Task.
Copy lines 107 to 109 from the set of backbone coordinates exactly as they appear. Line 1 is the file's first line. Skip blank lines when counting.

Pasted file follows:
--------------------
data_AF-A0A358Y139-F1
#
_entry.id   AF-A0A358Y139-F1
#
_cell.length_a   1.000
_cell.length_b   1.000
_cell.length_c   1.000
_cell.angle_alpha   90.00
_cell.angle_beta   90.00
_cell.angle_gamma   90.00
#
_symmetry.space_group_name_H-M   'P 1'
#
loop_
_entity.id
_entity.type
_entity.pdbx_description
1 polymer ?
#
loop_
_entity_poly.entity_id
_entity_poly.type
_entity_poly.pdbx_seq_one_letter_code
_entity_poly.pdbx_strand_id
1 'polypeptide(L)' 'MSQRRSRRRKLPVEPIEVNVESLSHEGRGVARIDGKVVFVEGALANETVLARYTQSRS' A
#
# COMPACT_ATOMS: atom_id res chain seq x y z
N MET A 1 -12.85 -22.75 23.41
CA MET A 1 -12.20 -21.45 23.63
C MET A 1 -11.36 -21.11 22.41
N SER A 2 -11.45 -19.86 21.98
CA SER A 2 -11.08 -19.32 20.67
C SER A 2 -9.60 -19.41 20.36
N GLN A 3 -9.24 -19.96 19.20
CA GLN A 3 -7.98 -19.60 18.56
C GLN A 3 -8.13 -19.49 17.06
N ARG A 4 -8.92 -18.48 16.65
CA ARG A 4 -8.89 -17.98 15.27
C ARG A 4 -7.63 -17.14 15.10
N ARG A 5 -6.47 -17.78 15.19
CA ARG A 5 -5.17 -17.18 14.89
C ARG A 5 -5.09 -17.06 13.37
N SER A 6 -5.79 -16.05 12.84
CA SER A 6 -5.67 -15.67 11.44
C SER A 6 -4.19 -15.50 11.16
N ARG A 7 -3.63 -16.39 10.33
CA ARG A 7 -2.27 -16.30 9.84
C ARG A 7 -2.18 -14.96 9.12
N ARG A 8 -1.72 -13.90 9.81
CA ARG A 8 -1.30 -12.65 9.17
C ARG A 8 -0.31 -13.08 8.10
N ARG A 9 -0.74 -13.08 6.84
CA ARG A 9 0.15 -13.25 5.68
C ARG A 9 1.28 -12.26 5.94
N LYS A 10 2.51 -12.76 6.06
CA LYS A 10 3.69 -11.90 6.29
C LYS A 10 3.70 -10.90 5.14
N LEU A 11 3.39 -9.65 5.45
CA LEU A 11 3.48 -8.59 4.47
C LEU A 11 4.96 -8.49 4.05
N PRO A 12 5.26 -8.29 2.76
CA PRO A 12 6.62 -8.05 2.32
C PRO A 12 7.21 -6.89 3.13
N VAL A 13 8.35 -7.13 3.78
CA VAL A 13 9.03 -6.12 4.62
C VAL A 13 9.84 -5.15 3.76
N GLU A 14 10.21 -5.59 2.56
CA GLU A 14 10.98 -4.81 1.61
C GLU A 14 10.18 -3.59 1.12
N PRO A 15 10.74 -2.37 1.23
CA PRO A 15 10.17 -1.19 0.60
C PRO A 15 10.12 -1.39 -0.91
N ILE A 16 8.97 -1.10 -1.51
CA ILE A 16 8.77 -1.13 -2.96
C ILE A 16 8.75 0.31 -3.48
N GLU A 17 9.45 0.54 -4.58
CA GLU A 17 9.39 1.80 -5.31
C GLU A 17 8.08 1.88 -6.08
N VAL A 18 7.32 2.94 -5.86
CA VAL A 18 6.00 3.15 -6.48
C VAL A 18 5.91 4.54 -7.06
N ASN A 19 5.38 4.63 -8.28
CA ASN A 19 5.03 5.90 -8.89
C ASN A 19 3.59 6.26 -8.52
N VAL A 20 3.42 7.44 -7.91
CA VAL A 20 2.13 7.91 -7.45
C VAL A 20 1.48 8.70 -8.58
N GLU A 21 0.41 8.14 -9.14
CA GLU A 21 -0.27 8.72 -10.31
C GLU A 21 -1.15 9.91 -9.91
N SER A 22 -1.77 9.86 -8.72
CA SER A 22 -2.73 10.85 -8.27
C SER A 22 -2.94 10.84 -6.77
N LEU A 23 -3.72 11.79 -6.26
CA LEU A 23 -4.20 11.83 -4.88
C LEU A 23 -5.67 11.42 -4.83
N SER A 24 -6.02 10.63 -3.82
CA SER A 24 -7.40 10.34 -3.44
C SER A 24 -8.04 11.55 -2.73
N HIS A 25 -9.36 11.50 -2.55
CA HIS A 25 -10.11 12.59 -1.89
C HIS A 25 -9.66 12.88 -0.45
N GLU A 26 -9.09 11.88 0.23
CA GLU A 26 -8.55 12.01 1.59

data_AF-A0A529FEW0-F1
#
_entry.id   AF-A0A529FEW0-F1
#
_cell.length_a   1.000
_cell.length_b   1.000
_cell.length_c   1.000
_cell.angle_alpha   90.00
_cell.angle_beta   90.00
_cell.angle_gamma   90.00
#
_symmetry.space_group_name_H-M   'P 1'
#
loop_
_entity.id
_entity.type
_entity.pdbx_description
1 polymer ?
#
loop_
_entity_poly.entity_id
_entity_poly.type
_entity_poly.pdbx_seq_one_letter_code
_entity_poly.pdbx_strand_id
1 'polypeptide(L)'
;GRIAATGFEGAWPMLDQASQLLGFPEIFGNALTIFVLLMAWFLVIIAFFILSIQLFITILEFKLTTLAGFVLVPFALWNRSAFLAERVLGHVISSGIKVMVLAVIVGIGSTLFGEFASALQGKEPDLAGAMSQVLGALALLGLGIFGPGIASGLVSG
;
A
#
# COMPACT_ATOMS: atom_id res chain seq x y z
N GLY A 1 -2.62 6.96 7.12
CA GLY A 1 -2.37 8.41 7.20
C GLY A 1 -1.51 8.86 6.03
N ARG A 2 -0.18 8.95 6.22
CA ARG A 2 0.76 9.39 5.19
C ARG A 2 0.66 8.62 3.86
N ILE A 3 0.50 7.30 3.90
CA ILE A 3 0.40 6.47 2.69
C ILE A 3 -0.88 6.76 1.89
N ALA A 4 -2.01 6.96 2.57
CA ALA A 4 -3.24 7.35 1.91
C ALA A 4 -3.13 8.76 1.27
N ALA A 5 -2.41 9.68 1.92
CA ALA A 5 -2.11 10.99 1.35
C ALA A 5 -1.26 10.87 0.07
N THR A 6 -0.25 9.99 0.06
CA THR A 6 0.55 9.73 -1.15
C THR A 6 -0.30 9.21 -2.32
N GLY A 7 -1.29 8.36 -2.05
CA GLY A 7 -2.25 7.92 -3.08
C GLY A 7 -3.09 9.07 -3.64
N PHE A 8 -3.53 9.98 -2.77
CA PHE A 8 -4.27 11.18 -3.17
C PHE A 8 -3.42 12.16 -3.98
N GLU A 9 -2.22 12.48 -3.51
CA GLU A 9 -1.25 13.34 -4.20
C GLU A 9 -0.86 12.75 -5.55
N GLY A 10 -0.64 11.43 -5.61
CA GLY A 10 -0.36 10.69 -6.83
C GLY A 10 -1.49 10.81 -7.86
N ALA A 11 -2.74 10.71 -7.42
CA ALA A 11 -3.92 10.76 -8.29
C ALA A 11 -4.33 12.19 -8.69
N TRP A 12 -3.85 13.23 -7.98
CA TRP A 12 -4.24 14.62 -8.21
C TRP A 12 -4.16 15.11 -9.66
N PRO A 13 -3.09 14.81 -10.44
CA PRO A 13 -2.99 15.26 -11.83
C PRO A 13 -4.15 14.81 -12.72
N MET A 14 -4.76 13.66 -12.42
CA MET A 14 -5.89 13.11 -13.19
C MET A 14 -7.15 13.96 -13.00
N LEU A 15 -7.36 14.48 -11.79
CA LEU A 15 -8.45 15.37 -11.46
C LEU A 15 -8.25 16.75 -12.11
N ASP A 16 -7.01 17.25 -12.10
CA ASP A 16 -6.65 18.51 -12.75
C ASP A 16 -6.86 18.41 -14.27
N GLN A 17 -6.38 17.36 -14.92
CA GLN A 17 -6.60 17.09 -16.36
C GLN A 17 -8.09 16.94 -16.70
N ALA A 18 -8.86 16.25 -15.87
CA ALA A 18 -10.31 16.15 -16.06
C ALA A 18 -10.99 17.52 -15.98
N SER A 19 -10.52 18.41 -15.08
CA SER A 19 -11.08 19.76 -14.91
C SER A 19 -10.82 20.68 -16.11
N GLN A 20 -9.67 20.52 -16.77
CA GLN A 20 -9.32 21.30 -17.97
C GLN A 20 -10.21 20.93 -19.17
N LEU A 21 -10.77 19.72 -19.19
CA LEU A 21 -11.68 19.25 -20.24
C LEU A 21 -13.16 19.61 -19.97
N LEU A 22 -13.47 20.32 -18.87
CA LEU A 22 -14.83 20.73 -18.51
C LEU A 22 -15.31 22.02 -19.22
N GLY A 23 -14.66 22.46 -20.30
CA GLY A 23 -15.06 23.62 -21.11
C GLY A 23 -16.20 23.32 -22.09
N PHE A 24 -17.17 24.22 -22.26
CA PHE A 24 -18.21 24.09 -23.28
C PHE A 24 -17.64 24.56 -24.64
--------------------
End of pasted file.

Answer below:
_entry.id   AF-A0A529FEW0-F1
#
_cell.length_a   1.000